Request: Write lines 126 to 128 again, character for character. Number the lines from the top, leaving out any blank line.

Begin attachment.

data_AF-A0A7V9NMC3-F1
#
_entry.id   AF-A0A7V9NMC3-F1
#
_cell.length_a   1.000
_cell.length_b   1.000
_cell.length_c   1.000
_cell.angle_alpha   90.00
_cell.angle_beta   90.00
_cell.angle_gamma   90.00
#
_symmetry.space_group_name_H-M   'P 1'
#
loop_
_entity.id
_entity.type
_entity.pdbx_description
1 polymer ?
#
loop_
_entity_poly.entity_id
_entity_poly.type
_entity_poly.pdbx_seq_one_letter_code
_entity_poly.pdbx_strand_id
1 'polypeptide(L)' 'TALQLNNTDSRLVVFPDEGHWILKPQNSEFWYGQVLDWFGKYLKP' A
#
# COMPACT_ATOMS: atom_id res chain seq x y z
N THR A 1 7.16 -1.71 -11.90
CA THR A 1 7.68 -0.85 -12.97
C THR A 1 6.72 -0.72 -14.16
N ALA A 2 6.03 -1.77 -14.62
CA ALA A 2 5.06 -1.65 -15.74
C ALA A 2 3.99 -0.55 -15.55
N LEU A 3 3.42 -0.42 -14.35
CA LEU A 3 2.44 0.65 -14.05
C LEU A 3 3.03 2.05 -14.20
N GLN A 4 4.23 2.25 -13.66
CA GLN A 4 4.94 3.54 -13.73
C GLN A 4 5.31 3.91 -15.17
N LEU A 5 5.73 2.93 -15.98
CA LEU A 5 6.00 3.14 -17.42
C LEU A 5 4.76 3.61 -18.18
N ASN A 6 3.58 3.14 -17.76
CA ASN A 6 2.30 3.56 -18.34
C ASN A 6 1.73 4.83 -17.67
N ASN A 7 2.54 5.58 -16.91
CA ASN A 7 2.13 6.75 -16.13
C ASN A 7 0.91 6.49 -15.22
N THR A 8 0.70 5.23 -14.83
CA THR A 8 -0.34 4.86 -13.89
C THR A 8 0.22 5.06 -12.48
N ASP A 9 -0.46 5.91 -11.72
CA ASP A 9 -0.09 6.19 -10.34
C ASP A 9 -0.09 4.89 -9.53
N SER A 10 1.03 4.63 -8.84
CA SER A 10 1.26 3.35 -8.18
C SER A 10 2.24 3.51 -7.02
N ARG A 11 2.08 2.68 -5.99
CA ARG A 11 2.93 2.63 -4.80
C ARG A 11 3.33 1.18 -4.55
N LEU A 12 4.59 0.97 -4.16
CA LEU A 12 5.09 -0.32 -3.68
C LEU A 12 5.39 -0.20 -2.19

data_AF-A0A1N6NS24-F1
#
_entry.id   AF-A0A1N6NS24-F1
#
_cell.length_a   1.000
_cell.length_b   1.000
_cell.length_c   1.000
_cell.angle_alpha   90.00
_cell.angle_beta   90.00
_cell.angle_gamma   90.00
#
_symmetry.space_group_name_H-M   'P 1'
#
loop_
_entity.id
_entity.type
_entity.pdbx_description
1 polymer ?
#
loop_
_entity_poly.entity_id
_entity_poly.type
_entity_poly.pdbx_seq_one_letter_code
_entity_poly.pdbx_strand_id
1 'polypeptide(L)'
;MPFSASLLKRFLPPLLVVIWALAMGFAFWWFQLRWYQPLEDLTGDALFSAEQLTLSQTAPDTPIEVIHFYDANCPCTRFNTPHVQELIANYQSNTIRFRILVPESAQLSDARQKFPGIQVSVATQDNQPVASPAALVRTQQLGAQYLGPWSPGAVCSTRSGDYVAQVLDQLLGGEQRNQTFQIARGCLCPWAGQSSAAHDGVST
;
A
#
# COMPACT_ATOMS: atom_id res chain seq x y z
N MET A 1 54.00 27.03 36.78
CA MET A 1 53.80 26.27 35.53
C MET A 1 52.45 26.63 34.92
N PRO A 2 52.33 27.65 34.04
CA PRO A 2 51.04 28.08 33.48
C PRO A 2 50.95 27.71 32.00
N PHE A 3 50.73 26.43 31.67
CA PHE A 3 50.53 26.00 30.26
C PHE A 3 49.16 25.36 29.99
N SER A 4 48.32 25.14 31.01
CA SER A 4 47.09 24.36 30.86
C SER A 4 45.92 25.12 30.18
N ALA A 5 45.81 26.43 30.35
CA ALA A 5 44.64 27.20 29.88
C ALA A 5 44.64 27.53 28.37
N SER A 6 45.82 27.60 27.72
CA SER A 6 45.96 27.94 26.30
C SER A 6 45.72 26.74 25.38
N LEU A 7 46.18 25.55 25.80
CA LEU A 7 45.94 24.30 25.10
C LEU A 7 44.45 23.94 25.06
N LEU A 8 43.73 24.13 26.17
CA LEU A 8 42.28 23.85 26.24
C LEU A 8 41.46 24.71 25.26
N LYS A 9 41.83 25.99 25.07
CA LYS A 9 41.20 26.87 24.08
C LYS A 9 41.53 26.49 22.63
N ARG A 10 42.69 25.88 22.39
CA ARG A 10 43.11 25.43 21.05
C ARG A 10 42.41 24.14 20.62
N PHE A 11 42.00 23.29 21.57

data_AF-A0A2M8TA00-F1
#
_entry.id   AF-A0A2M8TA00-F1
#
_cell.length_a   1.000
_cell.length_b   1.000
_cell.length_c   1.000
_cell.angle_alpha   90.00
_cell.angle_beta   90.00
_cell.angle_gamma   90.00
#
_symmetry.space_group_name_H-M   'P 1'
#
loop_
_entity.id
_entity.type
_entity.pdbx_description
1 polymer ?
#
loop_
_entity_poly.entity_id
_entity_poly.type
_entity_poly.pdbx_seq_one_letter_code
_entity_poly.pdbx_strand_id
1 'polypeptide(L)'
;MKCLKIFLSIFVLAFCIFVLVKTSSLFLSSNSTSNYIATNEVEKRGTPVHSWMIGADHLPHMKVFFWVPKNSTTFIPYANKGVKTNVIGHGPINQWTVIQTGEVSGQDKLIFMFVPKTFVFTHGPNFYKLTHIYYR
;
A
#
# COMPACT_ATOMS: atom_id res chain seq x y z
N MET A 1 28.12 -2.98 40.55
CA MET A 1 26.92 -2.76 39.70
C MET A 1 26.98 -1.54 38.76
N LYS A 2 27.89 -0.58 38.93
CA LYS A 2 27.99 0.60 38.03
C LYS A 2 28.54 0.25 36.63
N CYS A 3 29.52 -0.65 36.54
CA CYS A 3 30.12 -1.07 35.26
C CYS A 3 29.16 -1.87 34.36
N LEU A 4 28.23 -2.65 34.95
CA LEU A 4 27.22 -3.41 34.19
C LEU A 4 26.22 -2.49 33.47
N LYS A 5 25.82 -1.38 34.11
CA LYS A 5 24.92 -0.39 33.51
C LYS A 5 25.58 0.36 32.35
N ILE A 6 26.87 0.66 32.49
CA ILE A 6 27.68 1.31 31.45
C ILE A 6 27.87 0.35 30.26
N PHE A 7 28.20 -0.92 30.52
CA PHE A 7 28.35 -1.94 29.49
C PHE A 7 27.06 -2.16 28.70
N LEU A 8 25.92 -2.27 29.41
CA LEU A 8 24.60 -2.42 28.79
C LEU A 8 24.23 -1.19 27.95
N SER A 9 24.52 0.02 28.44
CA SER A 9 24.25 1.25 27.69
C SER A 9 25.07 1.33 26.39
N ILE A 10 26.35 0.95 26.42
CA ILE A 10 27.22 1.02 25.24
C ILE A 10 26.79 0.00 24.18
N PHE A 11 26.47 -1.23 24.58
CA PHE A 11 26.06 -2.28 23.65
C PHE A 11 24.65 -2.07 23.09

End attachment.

#
_entry.id   AF-A0A2M8TA00-F1
#